Sacred Texts  Classics  Index  Previous  Next 

Section 5

5. Again, there is movement: all bodily movement is uniform; failing an incorporeal soul, how account for diversity of movement? Predilections, reasons, they will say; that is all very well, but these already contain that variety and therefore cannot belong to body which is one and simplex, and, besides, is not participant in reason- that is, not in the sense here meant, but only as it is influenced by some principle which confers upon it the qualities of, for instance, being warm or cold.

Then there is growth under a time-law, and within a definite limit: how can this belong strictly to body? Body can indeed be brought to growth, but does not itself grow except in the sense that in the material mass a capacity for growing is included as an accessory to some principle whose action upon the body causes growth.

Supposing the soul to be at once a body and the cause of growth, then, if it is to keep pace with the substance it augments, it too must grow; that means it must add to itself a similar bodily material. For the added material must be either soul or soulless body: if soul, whence and how does it enter, and by what process is it adjoined [to the soul which by hypothesis is body]; if soulless, how does such an addition become soul, falling into accord with its precedent, making one thing with it, sharing the stored impressions and notions of that initial soul instead, rather, of remaining an alien ignoring all the knowledge laid up before?

Would not such a soulless addition be subject to just such loss and gain of substance, in fact to the non-identity, which marks the rest of our material mass?

And, if this were so, how explain our memories or our recognition of familiar things when we have no stably identical soul?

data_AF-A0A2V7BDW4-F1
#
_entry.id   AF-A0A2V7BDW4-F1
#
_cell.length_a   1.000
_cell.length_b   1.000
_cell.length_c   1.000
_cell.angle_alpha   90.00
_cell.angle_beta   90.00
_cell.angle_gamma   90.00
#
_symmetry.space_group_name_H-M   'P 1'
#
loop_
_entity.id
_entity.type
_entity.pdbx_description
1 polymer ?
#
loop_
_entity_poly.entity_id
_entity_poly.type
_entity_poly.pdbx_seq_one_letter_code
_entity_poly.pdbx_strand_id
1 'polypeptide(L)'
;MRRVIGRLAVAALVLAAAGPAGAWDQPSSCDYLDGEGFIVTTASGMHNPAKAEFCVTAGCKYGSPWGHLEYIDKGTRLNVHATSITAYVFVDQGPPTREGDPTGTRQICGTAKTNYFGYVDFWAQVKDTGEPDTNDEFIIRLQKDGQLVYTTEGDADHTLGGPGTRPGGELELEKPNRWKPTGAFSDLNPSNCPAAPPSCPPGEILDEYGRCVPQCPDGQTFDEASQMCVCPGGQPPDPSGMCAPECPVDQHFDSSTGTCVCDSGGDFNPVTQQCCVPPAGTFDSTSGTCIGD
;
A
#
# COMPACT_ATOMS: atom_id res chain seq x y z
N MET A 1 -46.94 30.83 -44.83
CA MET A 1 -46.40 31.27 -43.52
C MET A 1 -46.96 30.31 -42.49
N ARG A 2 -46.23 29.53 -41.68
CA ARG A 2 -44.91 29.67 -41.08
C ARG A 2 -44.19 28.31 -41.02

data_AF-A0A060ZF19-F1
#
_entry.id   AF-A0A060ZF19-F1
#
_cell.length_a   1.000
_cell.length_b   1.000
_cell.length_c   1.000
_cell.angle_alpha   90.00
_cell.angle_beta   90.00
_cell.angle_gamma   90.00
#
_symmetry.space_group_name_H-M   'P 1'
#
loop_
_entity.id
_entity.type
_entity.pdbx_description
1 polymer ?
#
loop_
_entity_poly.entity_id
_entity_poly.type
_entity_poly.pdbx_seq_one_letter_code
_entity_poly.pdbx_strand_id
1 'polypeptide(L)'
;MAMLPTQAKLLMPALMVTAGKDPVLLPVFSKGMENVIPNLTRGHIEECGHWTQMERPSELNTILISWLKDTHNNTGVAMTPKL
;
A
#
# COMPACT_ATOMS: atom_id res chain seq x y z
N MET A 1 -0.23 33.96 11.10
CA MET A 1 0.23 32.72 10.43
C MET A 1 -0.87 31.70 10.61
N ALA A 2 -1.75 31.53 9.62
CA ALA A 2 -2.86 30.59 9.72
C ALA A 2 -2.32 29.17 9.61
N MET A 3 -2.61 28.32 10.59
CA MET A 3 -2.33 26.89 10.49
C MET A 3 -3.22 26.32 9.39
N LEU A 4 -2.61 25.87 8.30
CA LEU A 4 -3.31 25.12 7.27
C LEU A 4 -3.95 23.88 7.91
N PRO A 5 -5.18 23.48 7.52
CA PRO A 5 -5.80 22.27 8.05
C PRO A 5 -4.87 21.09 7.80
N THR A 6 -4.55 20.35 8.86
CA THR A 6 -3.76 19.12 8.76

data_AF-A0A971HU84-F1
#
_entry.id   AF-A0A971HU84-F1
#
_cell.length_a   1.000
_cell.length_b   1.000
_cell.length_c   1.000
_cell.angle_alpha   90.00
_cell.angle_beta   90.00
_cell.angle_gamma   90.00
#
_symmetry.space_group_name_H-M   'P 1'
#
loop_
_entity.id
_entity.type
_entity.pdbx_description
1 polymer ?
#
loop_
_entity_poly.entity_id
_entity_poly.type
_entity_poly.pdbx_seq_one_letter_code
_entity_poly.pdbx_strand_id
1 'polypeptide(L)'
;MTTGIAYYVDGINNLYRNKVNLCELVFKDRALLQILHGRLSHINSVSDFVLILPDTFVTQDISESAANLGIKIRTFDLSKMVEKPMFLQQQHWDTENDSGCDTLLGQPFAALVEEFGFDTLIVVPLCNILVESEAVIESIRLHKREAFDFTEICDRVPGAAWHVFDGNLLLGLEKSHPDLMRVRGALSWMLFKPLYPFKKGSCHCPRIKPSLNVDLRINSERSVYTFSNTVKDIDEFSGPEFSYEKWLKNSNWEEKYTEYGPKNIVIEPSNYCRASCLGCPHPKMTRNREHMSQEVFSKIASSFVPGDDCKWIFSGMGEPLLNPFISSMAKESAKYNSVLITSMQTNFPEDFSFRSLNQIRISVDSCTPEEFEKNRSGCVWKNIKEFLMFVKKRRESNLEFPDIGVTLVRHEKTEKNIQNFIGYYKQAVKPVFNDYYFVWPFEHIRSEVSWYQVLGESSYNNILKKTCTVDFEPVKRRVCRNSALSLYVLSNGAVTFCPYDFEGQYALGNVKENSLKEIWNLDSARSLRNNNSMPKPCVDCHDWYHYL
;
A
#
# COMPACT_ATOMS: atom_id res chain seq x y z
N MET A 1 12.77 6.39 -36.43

Assume soul to be a body: now in the nature of body, characteristically divisible, no one of the parts can be identical with the entire being; soul, then, is a thing of defined size, and if curtailed must cease to be what it is; in the nature of a quantitative entity this must be so, for, if a thing of magnitude on diminution retains its identity in virtue of its quality, this is only saying that bodily and quantitatively it is different even if its identity consists in a quality quite independent of quantity.

What answer can be made by those declaring soul to be corporeal? Is every part of the soul, in any one body, soul entire, soul perfectly true to its essential being? and may the same be said of every part of the part? If so, the magnitude makes no contribution to the soul's essential nature, as it must if soul [as corporeal] were a definite magnitude: it is, as body cannot be, an "all-everywhere," a complete identity present at each and every point, the part all that the whole is.

To deny that every part is soul is to make soul a compound from soulless elements. Further, if a definite magnitude, the double limit of larger or smaller, is to be imposed upon each separate soul, then anything outside those limits is no soul.

Now, a single coition and a single sperm suffice to a twin birth or in the animal order to a litter; there is a splitting and diverging of the seed, every diverging part being obviously a whole: surely no honest mind can fail to gather that a thing in which part is identical with whole has a nature which transcends quantity, and must of necessity be without quantity: only so could it remain identical when quantity is filched from it, only by being indifferent to amount or extension, by being in essence something apart. Thus the Soul and the Reason-Principles are without quantity.

Next: Section 6